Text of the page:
Once I'd managed to get the radiator onto its brackets, and determined that it does fit quite nicely, actually, I marked positions of holes for the pipes. Radiator was removed and holes were drilled, then the box needed moving into position. This wasn't too difficult without the weight of the radiator, but I did need to fetch some bricks to go under one of the legs.

Before putting the radiator back in the box, I stuffed bits of wool into each end of the tubes on the back. This way, the fins will provide additional insulation instead of conducting heat away from the radiator, as they were designed to. I then fitted the radiator onto its brackets (which was a lot easier second time around), threaded the pipes through the holes I'd drilled and screwed up the fittings (thanks for the foresight to use compression fittings there, Dad), and reconnected my temporary plumbing. After mopping off and leaving it to dry a little (radiator not entirely empty) I put the glass back on.

While I had the system drained, there was one more job to do. At the end of the plumbing job, I was left with one tiny leak. It really was tiny and we were OK living with it for a while, but it should be fixed. I thought I'd have to take it apart and start from scratch, which proved almost impossible, but on the advice of blokes in the pub I learnt that it's possible to redo solder joints without taking them apart, so that's what I tried today. I'm not 100% sure, but I think I've fixed it. If it is still dripping, it's doing so far more slowly than it was before.

Plumbing concluded, I refilled the system. My temporary connections out on the bank are rather more leaky than they were before I took them apart and put them back together again. I can cope with a few drips, but I'll have to do those properly before too long. Nonetheless, I once again have a working solar panel, hopefully considerably more effective than it was before. Here it is, the nearly-finished solar panel:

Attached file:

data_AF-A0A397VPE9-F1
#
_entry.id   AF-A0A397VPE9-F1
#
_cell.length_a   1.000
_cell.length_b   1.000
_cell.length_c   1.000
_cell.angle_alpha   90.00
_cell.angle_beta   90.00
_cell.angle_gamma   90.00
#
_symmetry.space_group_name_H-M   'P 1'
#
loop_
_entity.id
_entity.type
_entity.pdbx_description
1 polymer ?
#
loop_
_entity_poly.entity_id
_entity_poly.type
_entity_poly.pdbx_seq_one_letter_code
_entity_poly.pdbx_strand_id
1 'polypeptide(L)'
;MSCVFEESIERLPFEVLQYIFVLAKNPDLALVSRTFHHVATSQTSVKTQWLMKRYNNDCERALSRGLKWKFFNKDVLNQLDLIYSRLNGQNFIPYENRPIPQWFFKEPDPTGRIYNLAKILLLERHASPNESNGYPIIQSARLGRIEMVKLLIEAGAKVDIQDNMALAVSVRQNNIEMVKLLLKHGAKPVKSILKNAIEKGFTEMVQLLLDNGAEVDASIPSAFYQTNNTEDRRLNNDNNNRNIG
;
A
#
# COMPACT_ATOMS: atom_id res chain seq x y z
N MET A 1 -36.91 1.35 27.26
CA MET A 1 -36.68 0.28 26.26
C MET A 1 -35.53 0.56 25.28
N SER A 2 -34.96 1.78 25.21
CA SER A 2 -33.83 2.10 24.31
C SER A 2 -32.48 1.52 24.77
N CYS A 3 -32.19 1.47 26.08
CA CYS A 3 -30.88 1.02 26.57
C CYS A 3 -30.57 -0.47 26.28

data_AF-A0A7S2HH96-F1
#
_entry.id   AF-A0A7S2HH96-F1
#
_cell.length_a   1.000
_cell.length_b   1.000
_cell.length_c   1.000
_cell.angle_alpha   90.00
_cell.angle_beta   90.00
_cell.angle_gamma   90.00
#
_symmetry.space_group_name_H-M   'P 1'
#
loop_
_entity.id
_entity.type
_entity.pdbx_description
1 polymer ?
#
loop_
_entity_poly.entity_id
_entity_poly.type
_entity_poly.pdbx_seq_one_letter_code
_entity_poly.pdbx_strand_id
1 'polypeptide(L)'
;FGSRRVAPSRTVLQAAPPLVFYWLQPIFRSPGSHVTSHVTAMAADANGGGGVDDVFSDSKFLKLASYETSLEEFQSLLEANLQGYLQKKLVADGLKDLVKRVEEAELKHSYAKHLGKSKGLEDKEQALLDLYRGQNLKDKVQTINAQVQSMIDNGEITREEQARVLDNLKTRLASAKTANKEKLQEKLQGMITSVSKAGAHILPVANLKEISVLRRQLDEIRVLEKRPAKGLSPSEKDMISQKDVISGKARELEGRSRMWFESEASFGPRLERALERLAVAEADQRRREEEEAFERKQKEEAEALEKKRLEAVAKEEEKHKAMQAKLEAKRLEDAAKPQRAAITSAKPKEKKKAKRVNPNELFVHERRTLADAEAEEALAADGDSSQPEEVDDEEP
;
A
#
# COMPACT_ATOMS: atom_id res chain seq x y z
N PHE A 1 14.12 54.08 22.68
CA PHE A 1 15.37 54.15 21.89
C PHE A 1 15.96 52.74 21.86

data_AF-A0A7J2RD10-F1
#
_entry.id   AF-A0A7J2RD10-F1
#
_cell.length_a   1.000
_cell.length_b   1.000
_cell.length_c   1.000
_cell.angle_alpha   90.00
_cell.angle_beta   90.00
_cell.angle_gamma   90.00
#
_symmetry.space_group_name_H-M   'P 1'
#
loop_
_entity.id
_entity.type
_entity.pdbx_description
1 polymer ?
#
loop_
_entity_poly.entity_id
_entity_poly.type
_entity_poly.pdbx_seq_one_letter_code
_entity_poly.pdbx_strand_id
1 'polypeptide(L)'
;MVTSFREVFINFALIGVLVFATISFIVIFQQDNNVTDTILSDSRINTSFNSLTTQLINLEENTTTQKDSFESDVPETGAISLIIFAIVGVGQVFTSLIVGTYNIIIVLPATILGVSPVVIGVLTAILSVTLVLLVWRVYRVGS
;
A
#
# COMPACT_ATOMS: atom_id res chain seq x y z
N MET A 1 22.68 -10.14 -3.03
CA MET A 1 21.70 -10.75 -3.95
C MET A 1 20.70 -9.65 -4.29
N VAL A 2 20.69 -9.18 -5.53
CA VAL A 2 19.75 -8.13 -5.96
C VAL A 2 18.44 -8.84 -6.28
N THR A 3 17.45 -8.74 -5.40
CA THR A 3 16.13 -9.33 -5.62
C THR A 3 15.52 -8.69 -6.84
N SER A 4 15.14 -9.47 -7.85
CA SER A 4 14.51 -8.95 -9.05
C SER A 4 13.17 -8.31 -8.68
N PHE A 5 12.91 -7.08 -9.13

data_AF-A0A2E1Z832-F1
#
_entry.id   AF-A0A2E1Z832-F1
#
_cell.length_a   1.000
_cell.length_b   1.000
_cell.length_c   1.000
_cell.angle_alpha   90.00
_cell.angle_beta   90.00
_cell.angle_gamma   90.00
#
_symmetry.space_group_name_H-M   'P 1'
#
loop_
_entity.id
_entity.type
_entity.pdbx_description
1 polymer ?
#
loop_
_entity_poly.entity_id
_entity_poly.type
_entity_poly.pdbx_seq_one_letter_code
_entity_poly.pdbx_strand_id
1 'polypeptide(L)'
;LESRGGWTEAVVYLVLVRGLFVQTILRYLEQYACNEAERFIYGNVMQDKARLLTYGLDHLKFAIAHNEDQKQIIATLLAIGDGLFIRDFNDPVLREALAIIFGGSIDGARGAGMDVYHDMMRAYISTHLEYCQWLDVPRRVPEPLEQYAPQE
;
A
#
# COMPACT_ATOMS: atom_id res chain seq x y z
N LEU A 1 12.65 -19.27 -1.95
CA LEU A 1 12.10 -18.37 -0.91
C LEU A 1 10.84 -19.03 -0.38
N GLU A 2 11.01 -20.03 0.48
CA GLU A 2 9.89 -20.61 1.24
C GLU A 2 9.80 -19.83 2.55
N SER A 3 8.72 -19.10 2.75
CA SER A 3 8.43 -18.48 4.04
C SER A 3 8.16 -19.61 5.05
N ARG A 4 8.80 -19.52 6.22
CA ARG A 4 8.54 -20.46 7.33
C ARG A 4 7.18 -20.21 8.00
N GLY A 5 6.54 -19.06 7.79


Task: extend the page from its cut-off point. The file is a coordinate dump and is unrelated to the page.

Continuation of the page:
Solar panel, functional again after only 8 hours disconnected, and, as far as we can tell from the temperature of the pipes, as much more effective as hoped.

I say nearly finished because there are a few bits and pieces still to do. It could do with a bit more creosote on the woodwork that's immediately under the glass and I haven't finished the sliding cover yet. It's also not in its final position, because positioning is a job in itself. Not the next job, though. The next job is the fun bit: The automatic pump controller.

Wednesday, 23 July 2014

July garden

It's been a couple of months since I last posted a garden update. Would you like a look around... see how things are doing?

Starting in the greenhouse (well it's right outside the back door - it's the easiest place to start), the tomatoes are looking good.


I do wonder why I grow tomatoes on the short side of the greenhouse

That is to say, the tomato plants are looking healthy. There's not a huge amount of fruit yet, and what's there is still very green.

The cucumber plant that Barbara gave me is threatening to take over the greenhouse, if not the world. It has a number of little cucumbers that are looking very promising.


It's two days after I took that photo and that cucumber's at least twice the size

On the other side of the greenhouse, the basil's doing very well. I'll have enough to make a decent batch of pesto, if I can figure out how best to store it.

In sharp contrast, the purslane and Welsh onions that I planted by the patio seem to have hardly grown at all.


Unimpressive purslane

It's very hard to water that bed, as the water tends to run straight off the surface. It doesn't help that the cat sits on it, either.

Moving swiftly on, the sweetcorn appears to be developing nicely.


Is that a tassel in there?

I've never grown sweetcorn before so I don't know what to expect, but that looks quite promising to me.

The squash are also doing their thing, and producing little fruits. I hope those remain uneaten long enough to turn into bigger fruits.


Tiny little squash

The next bed is other and I'm loving this bed at the moment because it's looking like a proper veg patch.

Veg, various

In the foreground/right of the picture is chard. This is the first time I've grown it and I'm pleased with how it's doing. It tastes OK, too, though as leafy greens go, I prefer both spinach and pak choi. Speaking of which...


Flowering pak choi. Also nasturtiums.